FORT LAUDERDALE, Fla. -- "Palm 90" probably wouldn't be remembered as one of the most horrifying air disasters if a handful of heroes had not saved a few survivors from the icy Potomac River.
But this was real-life drama, a story of tragedy and triumph, captured on camera in the nation's capital.
In turn, "Palm 90," the air traffic control code name for Air Florida's Flight 90, is still a vivid memory 10 years later for many across the country. It crashed Jan. 13, 1982, killing 78, including four on the ground.
"How do you describe something like this? Besides the heartache, it changes people's lives," said Fred Burka of Fort Lauderdale, father-in-law of victim Jane Burka.
The twin-engine 737-200 took off from Washington National Airport at 4 p.m. on that Wednesday in a heavy snowstorm. It was bound for Tampa and Fort Lauderdale.
The moment the jet left the ground, the nose pitched up dangerously.
About 30 seconds later, during rush hour, it rammed into the 14th Street Bridge. It crushed six cars and a truck, killing four. Then it plunged into 25 feet of cold, murky water.
Of the 79 on board, four passengers and one crew member survived. Most were from the Washington area, 21 were from Florida and 13 were headed to Fort Lauderdale.
Only the plane's mangled tail section rose above the surface, a ghastly monument to the people who died in sudden terror and confusion.
Because the plane went down in Washington, one of the media centers of the world, it was one of the most heavily covered air disasters in history. And one of the main angles was heroism.
Within minutes of the crash, the nation was able to watch on television as four people were pulled from the Potomac by a U.S. Park Police helicopter. Its two pilots received the highest honors from the Interior Department and the Coast Guard.
Lenny Skutnik, a bystander, became an instant hero when he jumped into 34-degree water and rescued a passenger. He later received a standing ovation from President Reagan and Congress.
Another man, at first an unidentified survivor, became a tragic hero because he passed along the rope from the rescue helicopter to other survivors. When it was finally his turn, Arland Williams of Atlanta had drowned.
Several factors contributed to the accident, but the bottom line was pilot error, according to the National Transportation Safety Board.
The board concluded that Capt. Larry Wheaton and First Officer Roger Pettit, two young and inexperienced pilots, did not have the plane's wings properly de-iced.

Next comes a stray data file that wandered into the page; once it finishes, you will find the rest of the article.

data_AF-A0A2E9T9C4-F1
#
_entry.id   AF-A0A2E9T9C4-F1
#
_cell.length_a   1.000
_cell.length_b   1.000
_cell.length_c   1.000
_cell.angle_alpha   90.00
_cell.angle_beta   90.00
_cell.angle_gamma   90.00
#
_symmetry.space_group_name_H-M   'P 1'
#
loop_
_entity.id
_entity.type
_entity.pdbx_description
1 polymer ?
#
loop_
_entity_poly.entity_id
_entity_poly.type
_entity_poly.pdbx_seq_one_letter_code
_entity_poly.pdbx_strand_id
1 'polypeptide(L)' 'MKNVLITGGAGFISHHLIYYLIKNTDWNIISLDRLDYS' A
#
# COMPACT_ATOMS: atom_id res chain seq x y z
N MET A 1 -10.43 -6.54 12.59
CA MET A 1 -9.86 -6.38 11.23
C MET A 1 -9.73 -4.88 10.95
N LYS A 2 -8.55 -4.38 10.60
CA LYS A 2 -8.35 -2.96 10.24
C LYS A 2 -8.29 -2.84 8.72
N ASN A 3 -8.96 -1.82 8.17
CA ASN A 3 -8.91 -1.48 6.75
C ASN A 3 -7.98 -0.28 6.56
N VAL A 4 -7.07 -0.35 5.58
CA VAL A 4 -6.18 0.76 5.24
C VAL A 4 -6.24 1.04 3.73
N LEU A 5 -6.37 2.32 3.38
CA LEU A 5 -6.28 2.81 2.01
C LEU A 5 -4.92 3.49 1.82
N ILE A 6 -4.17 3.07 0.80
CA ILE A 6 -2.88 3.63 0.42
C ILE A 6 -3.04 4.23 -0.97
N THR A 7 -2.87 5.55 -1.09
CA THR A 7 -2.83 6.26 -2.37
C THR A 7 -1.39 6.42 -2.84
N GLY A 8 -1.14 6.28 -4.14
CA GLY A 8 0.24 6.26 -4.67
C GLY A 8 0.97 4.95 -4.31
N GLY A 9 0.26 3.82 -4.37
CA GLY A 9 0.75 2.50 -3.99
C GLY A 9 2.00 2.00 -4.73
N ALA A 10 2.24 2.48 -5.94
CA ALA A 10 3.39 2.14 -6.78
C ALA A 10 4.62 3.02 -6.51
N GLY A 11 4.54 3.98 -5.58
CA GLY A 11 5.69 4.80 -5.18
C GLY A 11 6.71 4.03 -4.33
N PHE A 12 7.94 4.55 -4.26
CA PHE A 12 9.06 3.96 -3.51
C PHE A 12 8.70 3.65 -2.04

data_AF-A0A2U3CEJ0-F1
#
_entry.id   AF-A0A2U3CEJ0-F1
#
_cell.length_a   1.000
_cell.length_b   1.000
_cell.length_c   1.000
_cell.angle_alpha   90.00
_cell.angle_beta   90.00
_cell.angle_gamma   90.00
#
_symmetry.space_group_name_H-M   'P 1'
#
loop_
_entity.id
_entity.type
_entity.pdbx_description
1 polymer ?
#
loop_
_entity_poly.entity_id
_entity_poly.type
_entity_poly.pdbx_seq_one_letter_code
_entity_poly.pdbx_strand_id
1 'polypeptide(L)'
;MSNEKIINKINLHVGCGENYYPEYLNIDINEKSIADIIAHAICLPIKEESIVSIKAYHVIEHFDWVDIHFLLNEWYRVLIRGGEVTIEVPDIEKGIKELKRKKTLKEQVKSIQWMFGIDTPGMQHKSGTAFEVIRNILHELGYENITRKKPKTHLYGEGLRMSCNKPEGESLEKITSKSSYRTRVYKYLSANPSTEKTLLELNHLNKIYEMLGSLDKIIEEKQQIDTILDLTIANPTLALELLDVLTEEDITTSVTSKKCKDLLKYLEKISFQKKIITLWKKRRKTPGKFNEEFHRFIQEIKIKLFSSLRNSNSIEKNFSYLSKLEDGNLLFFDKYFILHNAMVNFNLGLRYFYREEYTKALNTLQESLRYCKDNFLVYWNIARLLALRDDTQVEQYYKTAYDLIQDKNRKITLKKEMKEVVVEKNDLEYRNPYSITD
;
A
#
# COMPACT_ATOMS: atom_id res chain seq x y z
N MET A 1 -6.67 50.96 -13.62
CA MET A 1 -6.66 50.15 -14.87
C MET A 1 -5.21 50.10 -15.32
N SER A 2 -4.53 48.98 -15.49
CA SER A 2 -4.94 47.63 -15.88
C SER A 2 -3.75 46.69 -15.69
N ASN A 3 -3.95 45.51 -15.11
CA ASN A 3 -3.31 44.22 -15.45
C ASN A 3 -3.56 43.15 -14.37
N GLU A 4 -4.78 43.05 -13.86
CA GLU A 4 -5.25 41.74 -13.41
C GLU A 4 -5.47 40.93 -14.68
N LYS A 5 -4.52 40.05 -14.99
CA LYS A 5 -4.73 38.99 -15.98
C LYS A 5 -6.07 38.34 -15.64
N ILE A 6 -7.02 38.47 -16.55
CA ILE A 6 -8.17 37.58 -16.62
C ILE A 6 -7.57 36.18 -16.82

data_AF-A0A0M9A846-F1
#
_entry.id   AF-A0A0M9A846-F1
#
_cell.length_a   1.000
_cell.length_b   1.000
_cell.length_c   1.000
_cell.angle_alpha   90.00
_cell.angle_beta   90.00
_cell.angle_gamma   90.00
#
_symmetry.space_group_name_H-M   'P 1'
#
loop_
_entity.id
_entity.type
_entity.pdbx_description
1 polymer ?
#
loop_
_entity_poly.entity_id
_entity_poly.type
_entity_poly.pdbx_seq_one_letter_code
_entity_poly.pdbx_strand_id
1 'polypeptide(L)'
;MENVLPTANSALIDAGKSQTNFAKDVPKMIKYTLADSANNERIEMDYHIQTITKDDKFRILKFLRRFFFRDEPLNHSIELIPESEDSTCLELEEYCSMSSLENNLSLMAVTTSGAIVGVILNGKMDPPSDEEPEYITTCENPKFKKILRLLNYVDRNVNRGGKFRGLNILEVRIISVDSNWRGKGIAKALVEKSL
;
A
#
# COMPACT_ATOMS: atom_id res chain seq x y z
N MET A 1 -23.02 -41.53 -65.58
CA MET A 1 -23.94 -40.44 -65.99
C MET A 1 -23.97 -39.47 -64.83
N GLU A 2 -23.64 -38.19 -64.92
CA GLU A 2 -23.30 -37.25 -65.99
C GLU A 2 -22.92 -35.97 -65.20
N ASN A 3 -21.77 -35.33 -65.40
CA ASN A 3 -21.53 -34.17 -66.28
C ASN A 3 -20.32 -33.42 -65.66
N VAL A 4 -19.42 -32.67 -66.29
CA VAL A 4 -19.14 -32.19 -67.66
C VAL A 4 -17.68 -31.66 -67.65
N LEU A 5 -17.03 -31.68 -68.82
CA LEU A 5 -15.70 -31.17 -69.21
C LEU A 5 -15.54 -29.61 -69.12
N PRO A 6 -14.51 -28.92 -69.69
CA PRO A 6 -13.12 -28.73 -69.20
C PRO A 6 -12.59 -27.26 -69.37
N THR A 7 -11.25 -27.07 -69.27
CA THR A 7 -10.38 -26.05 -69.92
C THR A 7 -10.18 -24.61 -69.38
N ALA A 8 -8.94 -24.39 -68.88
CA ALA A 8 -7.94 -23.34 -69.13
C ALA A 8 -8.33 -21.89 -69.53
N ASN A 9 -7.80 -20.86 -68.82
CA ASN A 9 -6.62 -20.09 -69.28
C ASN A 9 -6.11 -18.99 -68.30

More critically, authorities said, they did not flick on an engine anti-ice switch, causing false power readings. As a result, the plane took off with 80 percent of the power needed for takeoff.
The biggest mistake of all, according to the NTSB: The pilots failed to abort the takeoff, even when they knew things were not right.
Cockpit tapes revealed that the pilots laughed about their snowy dilemma.
"Boy, this is a losing battle here trying to de-ice these things," co-pilot Pettit, 31, said to Wheaton just before takeoff. "It gives you a false sense of security. That's all that does."
"That . . . satisfies the feds," replied Wheaton, 34.
As a result of Flight 90, the NTSB made numerous recommendations to the Federal Aviation Administration on how to better de-ice planes, as well as how to improve cockpit management.
Also as a result, fearful fliers are still steering clear of airplane rides. There have been several other more deadly air disasters in the past decade, but Flight 90 remains one of the most memorable.
That is because the intense media coverage gave them all the evidence they needed to conclude that flying is dangerous, said Slim Cummings, a former Pan Am pilot who offers a fear of flying course.
"There's their proof: people in the water, drowned, depicted in all its glory," he said.
In the aftermath, the survivors settled back into their lives, but not without difficulty.
Every Jan. 13 is depressing for Priscilla Tirado, who lost her 9-week-old son and husband in the crash. She was arrested in Clearwater in 1987, on the fifth anniversary of the crash, charged with driving under the influence and possessing drugs.
"This is always a bad day, I can't help it," she said at the time.
Within two years of the incident, NBC came out with the television movie "Flight 90: Disaster on the Potomac." The premise, according to NBC executives, was to show how the human spirit can rise up to overcome tragedy.
And today, 10 years later, the crash still fills families and friends of the victims with sadness and anger.
Harry and Mildred Silberglied of Margate lost their only son, Dr. Robert Silberglied, a respected scientist who was 35.
"It was the most stupid flight and pilot you've ever come across," said Mildred Silberglied, quivering between rage and tears. "There's nothing worse than losing your child. And it gets worse as time goes on."